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Aleppo short on weapons, medical supplies as Syria's next big battle looms

The expected Syrian government offensive hasn't begun in earnest, but Aleppo's rebel-held neighborhoods are being pounded by shelling and gunfire and clinics are filling up with wounded.

By Staff writer / July 27, 2012

Rebel fighters of the Free Syrian Army control districts of Aleppo, Syria, on July 27. Aleppo has become a critical battleground in the 16-month uprising against the government of President Bashar al-Assad, which has claimed an estimated 17,000 lives.

Scott Peterson/The Christian Science Monitor/Getty Images


Aleppo, Syria

Shouting men rushed the wounded rebel fighter, prone on a stretcher, into a makeshift emergency ward tonight at dusk after shrapnel from a Syrian government mortar shell tore through his leg. 

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“You see?” asked Abu Hassan, another rebel from the Free Syrian Army (FSA). “Tell your country to do something, anything!”

Shortly afterwards, another man – a plumber shot in the leg by a Syrian government sniper – was brought in. 

Tensions are high in Aleppo, Syria’s second city, where rebel commanders are expecting at any moment a powerful government offensive to reverse the past week's rebel gains, as happened in Damascus, where regime forces reclaimed the capital from the rebels with firepower and lethal street battles.

The battle for control of Syria’s northern economic hub and largest city will likely shape the fate of the 17-month uprising against President Bashar al-Assad, which has so far consumed 17,000 lives, according to some of the highest estimates. Losing Aleppo to the rebels would demonstrate severe government weakness.

Eighty Syrian government tanks are believed to have arrived at the Aleppo battlefront on the western flanks of the city. Today helicopters circling overhead fired repeated bursts into rebel-held districts for most of the day, causing six deaths. Government snipers claimed two more lives today, according to rebels in Aleppo. 

“The FSA is ready – we have many explosives and roadside bombs,” says Abu Mhio, an FSA officer in one Aleppo district. Tanks already deployed in Aleppo have not been used, he says – only artillery, from a distance – but their use is "only a matter of time, we don't know when."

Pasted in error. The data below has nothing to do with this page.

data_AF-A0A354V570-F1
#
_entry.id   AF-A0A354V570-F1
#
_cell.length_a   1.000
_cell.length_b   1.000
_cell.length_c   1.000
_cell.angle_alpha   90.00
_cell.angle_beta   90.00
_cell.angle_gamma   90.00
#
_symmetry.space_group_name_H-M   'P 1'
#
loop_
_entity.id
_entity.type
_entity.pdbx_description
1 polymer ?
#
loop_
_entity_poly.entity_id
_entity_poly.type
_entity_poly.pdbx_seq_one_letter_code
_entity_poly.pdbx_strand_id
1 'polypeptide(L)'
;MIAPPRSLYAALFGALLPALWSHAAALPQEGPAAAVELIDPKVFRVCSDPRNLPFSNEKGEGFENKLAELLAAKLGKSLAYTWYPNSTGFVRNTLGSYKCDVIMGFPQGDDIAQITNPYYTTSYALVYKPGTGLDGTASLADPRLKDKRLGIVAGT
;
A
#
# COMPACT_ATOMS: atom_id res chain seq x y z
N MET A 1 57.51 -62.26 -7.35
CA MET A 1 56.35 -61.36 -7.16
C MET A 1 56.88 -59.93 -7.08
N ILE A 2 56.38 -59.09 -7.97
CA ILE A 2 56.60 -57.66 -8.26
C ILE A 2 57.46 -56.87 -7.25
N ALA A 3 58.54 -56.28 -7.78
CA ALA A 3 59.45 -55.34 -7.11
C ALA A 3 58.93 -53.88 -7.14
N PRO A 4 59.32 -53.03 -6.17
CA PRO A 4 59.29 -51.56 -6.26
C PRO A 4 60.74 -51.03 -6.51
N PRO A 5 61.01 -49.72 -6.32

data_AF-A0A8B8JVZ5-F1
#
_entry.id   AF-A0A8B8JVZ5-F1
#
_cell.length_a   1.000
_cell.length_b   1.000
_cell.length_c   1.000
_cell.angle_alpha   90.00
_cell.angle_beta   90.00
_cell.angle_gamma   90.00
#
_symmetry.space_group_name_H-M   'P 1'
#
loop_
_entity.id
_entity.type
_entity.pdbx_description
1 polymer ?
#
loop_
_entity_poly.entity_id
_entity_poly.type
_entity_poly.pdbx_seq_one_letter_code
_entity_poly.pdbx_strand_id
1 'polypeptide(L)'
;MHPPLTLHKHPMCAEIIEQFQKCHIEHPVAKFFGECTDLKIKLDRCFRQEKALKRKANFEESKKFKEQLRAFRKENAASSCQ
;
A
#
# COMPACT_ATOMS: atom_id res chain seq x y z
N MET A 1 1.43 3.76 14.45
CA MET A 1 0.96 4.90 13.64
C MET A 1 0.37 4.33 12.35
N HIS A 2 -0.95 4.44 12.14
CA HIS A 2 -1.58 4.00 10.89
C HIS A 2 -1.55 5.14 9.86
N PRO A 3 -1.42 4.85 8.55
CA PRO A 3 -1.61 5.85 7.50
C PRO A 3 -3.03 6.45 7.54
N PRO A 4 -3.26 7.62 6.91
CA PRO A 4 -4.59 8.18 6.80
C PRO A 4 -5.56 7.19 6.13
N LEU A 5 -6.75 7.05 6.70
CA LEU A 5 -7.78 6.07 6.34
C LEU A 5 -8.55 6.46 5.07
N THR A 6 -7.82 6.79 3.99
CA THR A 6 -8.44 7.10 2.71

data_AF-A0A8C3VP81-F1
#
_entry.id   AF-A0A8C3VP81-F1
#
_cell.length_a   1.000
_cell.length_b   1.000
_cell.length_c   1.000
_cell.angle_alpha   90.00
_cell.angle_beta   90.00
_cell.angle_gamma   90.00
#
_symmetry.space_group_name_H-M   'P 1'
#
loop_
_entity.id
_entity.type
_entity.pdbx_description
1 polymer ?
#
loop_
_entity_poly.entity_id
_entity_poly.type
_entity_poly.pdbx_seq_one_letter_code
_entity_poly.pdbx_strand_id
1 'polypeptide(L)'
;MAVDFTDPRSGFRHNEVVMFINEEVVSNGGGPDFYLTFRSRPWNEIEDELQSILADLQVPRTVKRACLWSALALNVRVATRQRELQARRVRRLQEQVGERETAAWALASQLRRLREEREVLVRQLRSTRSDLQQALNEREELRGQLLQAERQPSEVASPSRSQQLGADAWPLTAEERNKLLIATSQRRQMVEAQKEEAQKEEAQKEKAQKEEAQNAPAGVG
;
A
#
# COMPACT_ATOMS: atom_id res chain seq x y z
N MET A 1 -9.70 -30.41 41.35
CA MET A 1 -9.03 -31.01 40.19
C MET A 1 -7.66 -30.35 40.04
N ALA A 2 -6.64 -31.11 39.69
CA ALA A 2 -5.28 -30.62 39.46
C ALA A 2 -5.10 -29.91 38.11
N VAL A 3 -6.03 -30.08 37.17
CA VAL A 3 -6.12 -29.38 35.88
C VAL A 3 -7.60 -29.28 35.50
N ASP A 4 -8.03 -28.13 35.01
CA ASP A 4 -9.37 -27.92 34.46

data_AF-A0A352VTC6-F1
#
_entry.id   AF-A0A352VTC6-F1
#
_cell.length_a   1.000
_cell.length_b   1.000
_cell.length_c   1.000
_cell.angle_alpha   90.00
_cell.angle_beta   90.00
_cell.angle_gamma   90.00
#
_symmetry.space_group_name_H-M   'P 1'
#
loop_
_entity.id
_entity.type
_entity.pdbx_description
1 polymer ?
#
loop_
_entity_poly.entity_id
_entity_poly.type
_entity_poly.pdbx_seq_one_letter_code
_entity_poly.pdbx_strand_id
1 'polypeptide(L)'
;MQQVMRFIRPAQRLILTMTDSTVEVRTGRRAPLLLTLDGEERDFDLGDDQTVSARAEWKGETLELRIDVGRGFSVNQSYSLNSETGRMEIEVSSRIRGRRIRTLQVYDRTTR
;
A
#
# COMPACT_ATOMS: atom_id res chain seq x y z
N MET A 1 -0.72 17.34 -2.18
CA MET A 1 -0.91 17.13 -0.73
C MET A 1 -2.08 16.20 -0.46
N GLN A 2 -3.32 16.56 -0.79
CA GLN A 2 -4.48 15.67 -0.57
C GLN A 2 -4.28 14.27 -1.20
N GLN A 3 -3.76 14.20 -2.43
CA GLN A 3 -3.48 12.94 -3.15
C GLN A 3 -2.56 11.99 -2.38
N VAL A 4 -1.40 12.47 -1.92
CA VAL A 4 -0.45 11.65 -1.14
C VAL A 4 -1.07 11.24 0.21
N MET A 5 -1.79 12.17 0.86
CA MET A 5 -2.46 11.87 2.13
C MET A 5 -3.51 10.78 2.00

“The regime can’t enter here. The FSA is very strong and everyone supports the FSA,” says Abu Mhio about rebel-held districts east and west/southwest of the city center. “People open their houses to us.”

It is not possible to verify rebel claims of broad support in Aleppo. Yet one woman cradling a baby on her shoulder stepped into an FSA office today, specifically to ask for an FSA flag – to use as a backdrop for a portrait of the child, she said, and to hang at home.

Today and all week, families raced to fill trucks with belongings, hoisting refrigerators, televisions and anything that would fit before fleeing to safer villages in northern Syria or across the border to Turkey. Looks of fear marked their faces as they continually scanned the sky to check the location of the shooting helicopters. 

Aleppo has been a challenge for rebel forces. It was late to join the uprising, has long supported the regime, and its neighborhoods are split between opposition and government supporters. But the expected showdown between rebel and regime forces has also brought a fresh influx of rebels into the city. 

“Every day some more fighters come from the villages… we just want to defend these places [in Aleppo], so let God bless us,” says a fighter and former government special forces soldier, who asked to be called Abu Omar. “The regime does a lot of shelling at night to make people afraid, to destroy buildings and kill more people – to make people curse the FSA... they say: ‘You come here, and now the bombs come’ – so we try to protect people. But we need weapons, more weapons, from any country.”

Another fighter, Abu Hamza, brandishes his AK-47 assault rifle to make the point: “This gun costs $2,000, and every bullet is $2,” he says. “It’s so expensive.”

What should the world do?


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